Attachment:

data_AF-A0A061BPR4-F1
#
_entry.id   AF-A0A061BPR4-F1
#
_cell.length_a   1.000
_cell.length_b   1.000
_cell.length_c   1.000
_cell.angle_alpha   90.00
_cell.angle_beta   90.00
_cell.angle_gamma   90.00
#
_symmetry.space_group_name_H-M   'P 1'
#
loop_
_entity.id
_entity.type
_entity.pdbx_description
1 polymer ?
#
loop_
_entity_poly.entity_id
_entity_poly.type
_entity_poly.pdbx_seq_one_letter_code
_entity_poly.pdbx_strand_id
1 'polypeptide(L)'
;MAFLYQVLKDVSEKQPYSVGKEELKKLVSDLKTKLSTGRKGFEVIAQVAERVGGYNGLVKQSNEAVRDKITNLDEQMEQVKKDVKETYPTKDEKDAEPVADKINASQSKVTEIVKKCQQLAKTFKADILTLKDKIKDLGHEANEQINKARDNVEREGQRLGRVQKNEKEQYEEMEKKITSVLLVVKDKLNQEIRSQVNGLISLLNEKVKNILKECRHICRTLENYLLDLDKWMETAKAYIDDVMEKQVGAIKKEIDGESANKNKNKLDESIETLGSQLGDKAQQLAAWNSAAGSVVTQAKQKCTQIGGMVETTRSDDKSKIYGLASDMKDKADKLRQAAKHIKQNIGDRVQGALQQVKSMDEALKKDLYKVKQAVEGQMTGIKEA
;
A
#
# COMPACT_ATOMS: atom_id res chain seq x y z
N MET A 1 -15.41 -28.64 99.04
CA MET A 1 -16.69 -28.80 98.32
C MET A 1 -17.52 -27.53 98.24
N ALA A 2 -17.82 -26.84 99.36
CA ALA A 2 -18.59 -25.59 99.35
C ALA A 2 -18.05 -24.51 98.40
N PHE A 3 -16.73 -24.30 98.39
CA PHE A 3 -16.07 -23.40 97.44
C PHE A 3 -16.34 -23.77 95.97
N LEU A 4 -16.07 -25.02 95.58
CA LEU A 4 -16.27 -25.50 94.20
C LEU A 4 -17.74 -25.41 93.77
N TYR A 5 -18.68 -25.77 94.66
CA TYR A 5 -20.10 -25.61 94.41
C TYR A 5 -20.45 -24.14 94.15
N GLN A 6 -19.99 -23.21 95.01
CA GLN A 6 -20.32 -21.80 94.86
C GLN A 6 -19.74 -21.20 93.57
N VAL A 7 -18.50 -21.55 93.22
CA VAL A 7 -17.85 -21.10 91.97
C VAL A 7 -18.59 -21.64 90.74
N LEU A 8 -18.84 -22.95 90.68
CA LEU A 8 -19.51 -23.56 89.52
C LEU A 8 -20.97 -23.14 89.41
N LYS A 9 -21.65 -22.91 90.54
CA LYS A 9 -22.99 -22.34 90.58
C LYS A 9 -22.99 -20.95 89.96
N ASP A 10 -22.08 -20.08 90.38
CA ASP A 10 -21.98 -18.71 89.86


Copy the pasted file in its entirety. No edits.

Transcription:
data_AF-A0A061BPR4-F1
#
_entry.id   AF-A0A061BPR4-F1
#
_cell.length_a   1.000
_cell.length_b   1.000
_cell.length_c   1.000
_cell.angle_alpha   90.00
_cell.angle_beta   90.00
_cell.angle_gamma   90.00
#
_symmetry.space_group_name_H-M   'P 1'
#
loop_
_entity.id
_entity.type
_entity.pdbx_description
1 polymer ?
#
loop_
_entity_poly.entity_id
_entity_poly.type
_entity_poly.pdbx_seq_one_letter_code
_entity_poly.pdbx_strand_id
1 'polypeptide(L)'
;MAFLYQVLKDVSEKQPYSVGKEELKKLVSDLKTKLSTGRKGFEVIAQVAERVGGYNGLVKQSNEAVRDKITNLDEQMEQVKKDVKETYPTKDEKDAEPVADKINASQSKVTEIVKKCQQLAKTFKADILTLKDKIKDLGHEANEQINKARDNVEREGQRLGRVQKNEKEQYEEMEKKITSVLLVVKDKLNQEIRSQVNGLISLLNEKVKNILKECRHICRTLENYLLDLDKWMETAKAYIDDVMEKQVGAIKKEIDGESANKNKNKLDESIETLGSQLGDKAQQLAAWNSAAGSVVTQAKQKCTQIGGMVETTRSDDKSKIYGLASDMKDKADKLRQAAKHIKQNIGDRVQGALQQVKSMDEALKKDLYKVKQAVEGQMTGIKEA
;
A
#
# COMPACT_ATOMS: atom_id res chain seq x y z
N MET A 1 -15.41 -28.64 99.04
CA MET A 1 -16.69 -28.80 98.32
C MET A 1 -17.52 -27.53 98.24
N ALA A 2 -17.82 -26.84 99.36
CA ALA A 2 -18.59 -25.59 99.35
C ALA A 2 -18.05 -24.51 98.40
N PHE A 3 -16.73 -24.30 98.39
CA PHE A 3 -16.07 -23.40 97.44
C PHE A 3 -16.34 -23.77 95.97
N LEU A 4 -16.07 -25.02 95.58
CA LEU A 4 -16.27 -25.50 94.20
C LEU A 4 -17.74 -25.41 93.77
N TYR A 5 -18.68 -25.77 94.66
CA TYR A 5 -20.10 -25.61 94.41
C TYR A 5 -20.45 -24.14 94.15
N GLN A 6 -19.99 -23.21 95.01
CA GLN A 6 -20.32 -21.80 94.86
C GLN A 6 -19.74 -21.20 93.57
N VAL A 7 -18.50 -21.55 93.22
CA VAL A 7 -17.85 -21.10 91.97
C VAL A 7 -18.59 -21.64 90.74
N LEU A 8 -18.84 -22.95 90.68
CA LEU A 8 -19.51 -23.56 89.52
C LEU A 8 -20.97 -23.14 89.41
N LYS A 9 -21.65 -22.91 90.54
CA LYS A 9 -22.99 -22.34 90.58
C LYS A 9 -22.99 -20.95 89.96
N ASP A 10 -22.08 -20.08 90.38
CA ASP A 10 -21.98 -18.71 89.86